LINCOLN — Billionaire businessman and philanthropist Joe Ricketts is preparing another venture into the news business, and he’s chosen Omaha as his launching pad.
Ricketts is hiring staff to launch an online national news outlet called Straight Arrow News that he said will do what other outlets aren’t doing — providing news without a political slant.
“I think there’s a gap in the market — there’s no source for unbiased, fact-based news. And I believe there’s a business opportunity there,” he said.
“Some people say you can’t have unbiased news. I want to prove them wrong with Straight Arrow News,” he said.
In the past few weeks, online job advertisements have been posted for a video editor, senior producer, news reporter, and motion graphics designer/producer for Straightarrownews.com. The ads say the endeavor will be “dedicated to unbiased, nonpartisan reporting” and is projected to start in February.
The company was incorporated in Delaware in July. An October filing in New York State lists the company’ address as 9140 West Dodge Road. That is also the address of Hugo Enterprises, the holding company of for-profit and nonprofit endeavors of Ricketts, the founder of TD Ameritrade. His family also owns the Chicago Cubs, and he opened a religious retreat center called Cloisters on the Platte south of Gretna.
Ricketts said Straight Arrow does not involve any members of his family. That would include a son who’s the state’s top political figure, Gov. Pete Ricketts.
It won’t be the first foray into journalism for Joe Ricketts, a leading funder of national conservative causes who is based in Wyoming.
In 2009, he launched DNAinfo, a news website devoted to local news in New York City and Chicago. He bought another New York-based news site, Gothamist, in 2017, then merged the two.
The news operation was said to have 9 million readers a month before Ricketts abruptly shut it down in November 2017 after staffers voted to form a union. He had written a blog months earlier saying unions create “a corrosive us-against-them dynamic” that harms business success. There were also reports that the news services were unprofitable.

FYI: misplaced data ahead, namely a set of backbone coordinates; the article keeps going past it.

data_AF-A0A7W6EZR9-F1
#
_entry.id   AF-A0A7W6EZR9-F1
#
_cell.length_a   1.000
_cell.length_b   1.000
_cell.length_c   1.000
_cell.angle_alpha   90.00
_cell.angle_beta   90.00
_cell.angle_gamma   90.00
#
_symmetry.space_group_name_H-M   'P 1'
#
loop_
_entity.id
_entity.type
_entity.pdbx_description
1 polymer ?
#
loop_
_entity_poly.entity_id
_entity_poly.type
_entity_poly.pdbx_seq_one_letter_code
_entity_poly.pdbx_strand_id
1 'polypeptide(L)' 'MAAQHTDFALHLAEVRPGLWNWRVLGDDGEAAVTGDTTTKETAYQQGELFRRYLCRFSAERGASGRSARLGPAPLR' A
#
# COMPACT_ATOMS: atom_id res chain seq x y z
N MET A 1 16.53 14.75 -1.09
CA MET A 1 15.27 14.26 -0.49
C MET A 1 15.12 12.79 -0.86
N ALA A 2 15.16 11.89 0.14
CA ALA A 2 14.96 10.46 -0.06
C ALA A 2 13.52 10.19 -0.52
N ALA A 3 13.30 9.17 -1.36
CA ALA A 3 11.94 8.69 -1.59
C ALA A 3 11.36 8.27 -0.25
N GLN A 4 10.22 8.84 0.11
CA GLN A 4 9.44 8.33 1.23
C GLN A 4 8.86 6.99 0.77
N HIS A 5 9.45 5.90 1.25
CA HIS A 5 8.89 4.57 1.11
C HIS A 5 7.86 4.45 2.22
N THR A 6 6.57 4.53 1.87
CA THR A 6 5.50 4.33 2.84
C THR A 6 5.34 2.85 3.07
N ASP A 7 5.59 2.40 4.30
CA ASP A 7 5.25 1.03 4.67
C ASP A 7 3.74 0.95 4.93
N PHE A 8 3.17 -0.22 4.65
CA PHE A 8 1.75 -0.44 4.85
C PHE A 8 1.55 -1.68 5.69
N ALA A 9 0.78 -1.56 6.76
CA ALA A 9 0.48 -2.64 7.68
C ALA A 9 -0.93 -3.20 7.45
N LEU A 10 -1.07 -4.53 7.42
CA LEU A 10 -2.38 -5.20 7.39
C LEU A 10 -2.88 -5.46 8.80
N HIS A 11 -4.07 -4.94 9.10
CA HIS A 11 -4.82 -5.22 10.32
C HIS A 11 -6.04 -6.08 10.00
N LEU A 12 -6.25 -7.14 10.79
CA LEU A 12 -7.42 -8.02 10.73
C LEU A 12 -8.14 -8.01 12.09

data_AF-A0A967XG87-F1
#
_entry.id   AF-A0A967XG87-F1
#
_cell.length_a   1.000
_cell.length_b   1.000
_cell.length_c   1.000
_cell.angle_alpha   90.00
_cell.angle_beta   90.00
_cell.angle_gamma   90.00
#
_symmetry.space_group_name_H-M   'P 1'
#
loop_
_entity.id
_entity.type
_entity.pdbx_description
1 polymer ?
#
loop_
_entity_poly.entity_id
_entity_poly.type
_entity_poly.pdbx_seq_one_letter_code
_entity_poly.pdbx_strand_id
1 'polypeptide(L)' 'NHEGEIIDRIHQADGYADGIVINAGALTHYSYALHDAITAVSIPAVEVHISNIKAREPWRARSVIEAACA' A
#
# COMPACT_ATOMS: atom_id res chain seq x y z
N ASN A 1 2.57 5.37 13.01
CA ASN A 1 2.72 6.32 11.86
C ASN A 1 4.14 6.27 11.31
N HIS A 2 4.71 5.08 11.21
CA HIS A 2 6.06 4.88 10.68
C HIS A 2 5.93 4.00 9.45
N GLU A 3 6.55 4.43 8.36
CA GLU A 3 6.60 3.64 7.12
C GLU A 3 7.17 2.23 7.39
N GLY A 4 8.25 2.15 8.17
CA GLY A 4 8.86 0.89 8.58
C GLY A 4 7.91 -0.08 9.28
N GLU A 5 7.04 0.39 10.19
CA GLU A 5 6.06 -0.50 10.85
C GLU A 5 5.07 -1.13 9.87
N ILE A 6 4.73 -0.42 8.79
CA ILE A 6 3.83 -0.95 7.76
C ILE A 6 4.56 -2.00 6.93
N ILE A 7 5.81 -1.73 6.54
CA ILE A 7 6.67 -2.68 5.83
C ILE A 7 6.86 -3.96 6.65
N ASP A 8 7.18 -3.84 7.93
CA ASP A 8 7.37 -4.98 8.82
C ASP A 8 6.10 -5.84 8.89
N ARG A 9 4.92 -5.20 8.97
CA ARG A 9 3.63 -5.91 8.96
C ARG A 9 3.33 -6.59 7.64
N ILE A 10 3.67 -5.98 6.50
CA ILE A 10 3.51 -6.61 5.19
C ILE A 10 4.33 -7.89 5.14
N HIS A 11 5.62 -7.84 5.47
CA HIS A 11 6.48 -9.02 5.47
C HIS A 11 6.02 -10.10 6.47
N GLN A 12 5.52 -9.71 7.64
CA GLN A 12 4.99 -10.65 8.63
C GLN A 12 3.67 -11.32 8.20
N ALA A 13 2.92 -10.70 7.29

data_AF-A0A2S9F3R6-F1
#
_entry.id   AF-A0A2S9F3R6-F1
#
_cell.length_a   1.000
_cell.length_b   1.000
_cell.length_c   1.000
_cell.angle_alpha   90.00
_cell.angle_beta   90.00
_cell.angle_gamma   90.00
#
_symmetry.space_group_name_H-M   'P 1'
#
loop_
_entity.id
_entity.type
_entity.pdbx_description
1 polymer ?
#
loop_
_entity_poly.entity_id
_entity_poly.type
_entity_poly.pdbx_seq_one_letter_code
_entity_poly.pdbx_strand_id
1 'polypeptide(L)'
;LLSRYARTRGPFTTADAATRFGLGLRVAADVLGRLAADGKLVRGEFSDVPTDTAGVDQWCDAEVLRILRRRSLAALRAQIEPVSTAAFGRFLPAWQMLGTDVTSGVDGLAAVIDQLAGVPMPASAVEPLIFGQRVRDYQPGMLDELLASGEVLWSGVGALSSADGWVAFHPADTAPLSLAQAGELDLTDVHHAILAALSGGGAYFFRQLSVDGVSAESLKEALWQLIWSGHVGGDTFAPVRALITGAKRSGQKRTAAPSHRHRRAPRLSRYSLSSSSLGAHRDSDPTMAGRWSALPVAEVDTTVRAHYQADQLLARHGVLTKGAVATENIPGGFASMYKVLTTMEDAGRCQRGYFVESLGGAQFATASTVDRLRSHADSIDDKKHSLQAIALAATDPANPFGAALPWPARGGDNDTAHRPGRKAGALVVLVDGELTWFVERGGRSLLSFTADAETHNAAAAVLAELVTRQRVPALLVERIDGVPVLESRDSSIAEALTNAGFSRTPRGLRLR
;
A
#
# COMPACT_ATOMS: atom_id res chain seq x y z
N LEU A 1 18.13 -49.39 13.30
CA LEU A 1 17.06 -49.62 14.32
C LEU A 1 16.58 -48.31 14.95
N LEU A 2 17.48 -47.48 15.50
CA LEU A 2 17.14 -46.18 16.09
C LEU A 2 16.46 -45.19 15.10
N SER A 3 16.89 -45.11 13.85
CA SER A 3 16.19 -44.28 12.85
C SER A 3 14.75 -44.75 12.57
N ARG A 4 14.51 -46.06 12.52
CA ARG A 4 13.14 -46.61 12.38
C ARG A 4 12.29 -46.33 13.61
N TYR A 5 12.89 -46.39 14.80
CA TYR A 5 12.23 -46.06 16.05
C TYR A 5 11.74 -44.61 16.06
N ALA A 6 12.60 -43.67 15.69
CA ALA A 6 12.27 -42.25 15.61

Ricketts, in response to emailed questions last week, said he plans Straight Arrow to be a “sustainable company” that generates profit.
“I’ve built my career on the idea that a good business is one that serves an unmet customer need,” he said. “The market (now) is only giving them polarized, opinionated coverage.”
He declined to say how large of a staff he is hiring or when exactly the service will launch, but he said Straight Arrow would initially focus on national news.
Modern technology, Ricketts said, allows such an operation to be based anywhere there’s talent. And, he said, “there’s no place with more talented people than Omaha.”
But he added that he’s still assembling a staff, who could come from anywhere.
When asked about the launch of non-biased news source, Gary Kebbel, a professor emeritus of journalism at the University of Nebraska-Lincoln, said Straight Arrow News is a great name.
“I think most people will say that’s exactly what they want,” Kebbel said, but he’s not convinced that is really, truly what they’re seeking.
People’s attitudes about bias in news, he said, are colored by their own opinions. And people with strong political opinions on the right or left tend to be more passionate about seeking out stories than those in the middle of the spectrum, Kebbel said.
Who will be the audience for this? he asked. Will Ricketts be providing something that Fox News isn’t?
“I wonder if people would be open to it knowing (Ricketts’) background as a conservative, and if that will bring a certain amount of audience,” he said. “Or will they be ticked off if it’s not conservative enough, or ticked off if it’s truly nonbiased and nonpartisan?”
Ricketts expressed confidence and said he will be building in “safeguards” so that his startup will truly deliver news without bias or political spin.
“When Straight Arrow News is live, I think people will see there is an approach to news — news without bias — that is going to feel like a breath of fresh air,” he said.